Abraham was one of the first three staffmembers appointed to the university,[2] and was also one of its first six administrators.[5] He was appointed Architect Planner to the university in April 1965[6] and was given professorial status so that he could negotiate the university's development on an equal footing with the academic staff.[2]

Abraham's campus design[edit]

At the time of his appointment, very little local information was available in Australia regarding the design and planning of universities, and so Abraham travelled to the United Kingdom and United States to study the works of contemporary university campus planners. Rejecting the perceived inflexibility of "master plans", a concept current at the time, he decided to aim for a balanced and flexible approach to developing the constructed and natural environments of the Macquarie site.[6]

Abraham established a grid of lots of 300 square feet (approximately 28 square metres) each, aligned to points of the compass, split into three main divisions: West (W), Central (C), and East (E). Most of the principal buildings were to be constructed along or within easy reach of the campus's main west-east pedestrian way, which became known as University Walk. The measure of 300 feet was chosen as it was seen to represent a 1-minute walk, and Abraham wanted to aim for a design where no two points on campus were more than a maximum 10-minutes' walk from each other.[2]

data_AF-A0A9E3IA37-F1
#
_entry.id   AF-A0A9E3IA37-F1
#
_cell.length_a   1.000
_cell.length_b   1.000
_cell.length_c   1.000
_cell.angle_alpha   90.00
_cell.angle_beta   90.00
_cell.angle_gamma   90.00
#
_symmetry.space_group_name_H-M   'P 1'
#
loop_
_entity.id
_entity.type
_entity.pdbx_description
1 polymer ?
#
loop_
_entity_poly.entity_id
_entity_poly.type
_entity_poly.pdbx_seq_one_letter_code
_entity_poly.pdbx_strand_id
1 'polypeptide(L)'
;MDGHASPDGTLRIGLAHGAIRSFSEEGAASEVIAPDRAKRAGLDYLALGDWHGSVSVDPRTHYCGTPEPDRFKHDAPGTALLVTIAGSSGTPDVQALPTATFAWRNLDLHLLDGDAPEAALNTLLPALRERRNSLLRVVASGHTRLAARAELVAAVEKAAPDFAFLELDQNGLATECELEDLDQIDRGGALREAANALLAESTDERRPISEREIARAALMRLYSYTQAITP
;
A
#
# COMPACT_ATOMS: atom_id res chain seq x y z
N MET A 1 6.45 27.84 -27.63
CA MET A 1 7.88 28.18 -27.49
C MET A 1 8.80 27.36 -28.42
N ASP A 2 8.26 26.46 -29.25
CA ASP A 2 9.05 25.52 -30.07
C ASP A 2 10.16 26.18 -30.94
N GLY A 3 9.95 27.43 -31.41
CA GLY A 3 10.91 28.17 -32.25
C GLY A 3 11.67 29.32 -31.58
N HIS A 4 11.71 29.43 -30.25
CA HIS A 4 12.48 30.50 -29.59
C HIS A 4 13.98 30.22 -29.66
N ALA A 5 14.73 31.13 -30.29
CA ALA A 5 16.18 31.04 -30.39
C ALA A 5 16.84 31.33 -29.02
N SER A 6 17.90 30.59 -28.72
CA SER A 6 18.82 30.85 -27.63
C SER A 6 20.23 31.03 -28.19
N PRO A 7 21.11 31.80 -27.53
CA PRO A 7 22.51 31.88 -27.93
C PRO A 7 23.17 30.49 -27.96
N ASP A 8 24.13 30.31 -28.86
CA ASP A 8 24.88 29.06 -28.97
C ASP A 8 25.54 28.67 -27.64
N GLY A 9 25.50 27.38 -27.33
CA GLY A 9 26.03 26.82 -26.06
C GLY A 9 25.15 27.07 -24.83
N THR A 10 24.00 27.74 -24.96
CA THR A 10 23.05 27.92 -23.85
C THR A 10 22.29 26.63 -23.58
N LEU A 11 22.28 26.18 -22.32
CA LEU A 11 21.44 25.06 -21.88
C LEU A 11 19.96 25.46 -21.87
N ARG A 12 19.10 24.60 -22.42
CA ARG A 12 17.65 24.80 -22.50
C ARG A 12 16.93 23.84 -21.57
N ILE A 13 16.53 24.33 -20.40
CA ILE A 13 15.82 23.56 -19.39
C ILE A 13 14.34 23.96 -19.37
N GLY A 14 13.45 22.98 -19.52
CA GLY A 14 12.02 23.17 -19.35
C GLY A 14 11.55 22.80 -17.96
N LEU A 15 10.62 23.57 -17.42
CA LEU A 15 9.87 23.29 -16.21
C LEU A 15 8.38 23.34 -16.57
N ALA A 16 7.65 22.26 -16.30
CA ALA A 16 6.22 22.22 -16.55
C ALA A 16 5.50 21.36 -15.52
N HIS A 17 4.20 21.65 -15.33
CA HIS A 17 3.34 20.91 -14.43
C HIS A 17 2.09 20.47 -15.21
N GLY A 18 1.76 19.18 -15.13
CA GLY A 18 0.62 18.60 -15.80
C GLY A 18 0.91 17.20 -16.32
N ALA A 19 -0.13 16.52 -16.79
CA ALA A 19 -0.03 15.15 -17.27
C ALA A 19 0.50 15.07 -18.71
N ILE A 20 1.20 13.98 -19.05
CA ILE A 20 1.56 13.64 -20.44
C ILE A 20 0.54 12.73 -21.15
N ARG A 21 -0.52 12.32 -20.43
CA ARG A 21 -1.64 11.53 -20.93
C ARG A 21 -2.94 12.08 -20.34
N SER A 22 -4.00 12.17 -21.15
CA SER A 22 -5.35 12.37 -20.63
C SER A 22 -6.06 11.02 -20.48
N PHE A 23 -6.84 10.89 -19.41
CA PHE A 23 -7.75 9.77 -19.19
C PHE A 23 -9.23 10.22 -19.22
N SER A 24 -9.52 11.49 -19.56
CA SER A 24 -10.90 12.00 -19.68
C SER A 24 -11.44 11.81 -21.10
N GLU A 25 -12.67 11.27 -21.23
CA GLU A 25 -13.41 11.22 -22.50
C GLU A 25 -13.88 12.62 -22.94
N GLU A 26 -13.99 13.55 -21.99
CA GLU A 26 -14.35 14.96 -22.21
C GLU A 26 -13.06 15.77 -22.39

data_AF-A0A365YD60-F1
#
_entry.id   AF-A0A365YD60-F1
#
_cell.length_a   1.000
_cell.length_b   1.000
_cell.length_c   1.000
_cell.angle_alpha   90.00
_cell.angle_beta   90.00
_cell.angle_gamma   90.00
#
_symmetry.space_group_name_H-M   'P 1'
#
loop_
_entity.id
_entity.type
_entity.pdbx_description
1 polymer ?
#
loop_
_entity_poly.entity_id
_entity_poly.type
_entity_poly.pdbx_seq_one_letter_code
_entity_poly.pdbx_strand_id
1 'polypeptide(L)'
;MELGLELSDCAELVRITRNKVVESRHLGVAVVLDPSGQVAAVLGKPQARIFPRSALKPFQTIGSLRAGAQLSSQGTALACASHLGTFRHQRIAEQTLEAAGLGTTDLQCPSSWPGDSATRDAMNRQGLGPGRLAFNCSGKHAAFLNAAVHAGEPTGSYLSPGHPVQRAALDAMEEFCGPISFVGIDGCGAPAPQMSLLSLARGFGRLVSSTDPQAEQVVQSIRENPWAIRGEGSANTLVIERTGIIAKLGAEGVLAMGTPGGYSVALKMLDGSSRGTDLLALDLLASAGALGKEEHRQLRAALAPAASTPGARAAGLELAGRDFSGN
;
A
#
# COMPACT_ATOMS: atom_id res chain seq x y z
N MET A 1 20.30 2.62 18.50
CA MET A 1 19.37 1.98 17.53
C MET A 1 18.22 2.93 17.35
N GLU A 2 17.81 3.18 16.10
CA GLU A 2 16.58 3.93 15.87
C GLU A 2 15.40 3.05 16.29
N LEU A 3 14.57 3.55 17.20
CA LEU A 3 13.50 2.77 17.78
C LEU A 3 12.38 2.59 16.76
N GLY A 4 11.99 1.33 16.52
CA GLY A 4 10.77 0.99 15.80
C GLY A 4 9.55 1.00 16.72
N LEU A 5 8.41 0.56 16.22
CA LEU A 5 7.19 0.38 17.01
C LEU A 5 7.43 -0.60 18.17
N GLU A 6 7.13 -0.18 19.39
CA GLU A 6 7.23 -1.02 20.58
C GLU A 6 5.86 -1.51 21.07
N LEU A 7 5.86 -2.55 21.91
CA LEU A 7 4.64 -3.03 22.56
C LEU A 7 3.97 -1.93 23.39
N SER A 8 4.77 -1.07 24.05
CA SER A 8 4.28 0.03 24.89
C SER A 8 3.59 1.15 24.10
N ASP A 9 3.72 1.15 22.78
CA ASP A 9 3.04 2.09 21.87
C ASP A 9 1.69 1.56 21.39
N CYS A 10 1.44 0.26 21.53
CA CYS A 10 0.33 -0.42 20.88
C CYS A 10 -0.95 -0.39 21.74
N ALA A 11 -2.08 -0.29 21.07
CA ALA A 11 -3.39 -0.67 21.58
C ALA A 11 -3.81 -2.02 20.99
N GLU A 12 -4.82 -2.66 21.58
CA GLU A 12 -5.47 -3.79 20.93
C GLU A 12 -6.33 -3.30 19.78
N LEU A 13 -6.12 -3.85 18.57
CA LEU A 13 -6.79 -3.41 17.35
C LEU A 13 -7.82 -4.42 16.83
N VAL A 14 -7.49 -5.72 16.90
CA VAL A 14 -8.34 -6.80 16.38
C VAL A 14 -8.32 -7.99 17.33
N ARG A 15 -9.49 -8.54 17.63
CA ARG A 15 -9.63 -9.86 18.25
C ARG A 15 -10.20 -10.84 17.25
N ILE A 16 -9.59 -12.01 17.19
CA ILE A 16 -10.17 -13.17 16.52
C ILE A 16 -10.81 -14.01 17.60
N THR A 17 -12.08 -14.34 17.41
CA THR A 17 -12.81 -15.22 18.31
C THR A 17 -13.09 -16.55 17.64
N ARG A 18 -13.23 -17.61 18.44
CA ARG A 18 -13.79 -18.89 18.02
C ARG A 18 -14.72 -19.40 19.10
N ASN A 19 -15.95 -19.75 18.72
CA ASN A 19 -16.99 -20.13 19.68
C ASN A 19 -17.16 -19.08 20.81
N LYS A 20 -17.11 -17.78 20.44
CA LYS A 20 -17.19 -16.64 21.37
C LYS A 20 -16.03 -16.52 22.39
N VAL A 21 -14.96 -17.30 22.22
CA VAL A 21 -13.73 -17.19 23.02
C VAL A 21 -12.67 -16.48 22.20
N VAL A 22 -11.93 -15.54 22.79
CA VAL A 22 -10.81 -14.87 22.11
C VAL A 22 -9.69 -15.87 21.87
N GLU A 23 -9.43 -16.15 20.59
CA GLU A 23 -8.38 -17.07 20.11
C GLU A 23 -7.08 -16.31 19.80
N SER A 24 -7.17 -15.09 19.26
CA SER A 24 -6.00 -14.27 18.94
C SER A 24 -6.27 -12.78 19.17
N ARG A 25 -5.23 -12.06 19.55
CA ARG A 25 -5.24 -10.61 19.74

Sizeable parking areas were created on the outskirts of the academic core to the west, south and east, with traffic zones and bus routes running along the north and south of the main southern parking areas W1, C1, C2, and E1. Use of both natural hilly landscape and artificial mounds was made to ensure that the noise of cars and buses did not intrude into the academic area of the campus.

A valley on the north side of the academic area which overlooks the Lane Cove National Park was landscaped and kept free of buildings. The panorama was enhanced with the creation of a lake, and carefully designed planting programmes were commenced across campus. The beautiful grounds of Macquarie University today are essentially a product of Abraham's devotion to the art of landscape development.[6]

Abraham remained in the employ of Macquarie University for 19 years, overseeing its development and enhancing the development's consistency. He retired in 1983, but remained a regular visitor and observed the continuing development of his creation with great interest.[6]

Other career highlights[edit]

While he was still working at Macquarie, Abraham was involved in other significant projects. In 1968, he was appointed to report on a controversial proposal to widen Jersey Road in Paddington, New South Wales, which was being resisted by the local residents. Abraham added his professional weight to the argument, supporting the residents. This led to the proposal being scrapped.[2]

In 1974, he wrote a report for UNESCO on physical planning at the University of the Philippines, which resulted in that university receiving loans for infrastructure development from the World Bank.[2]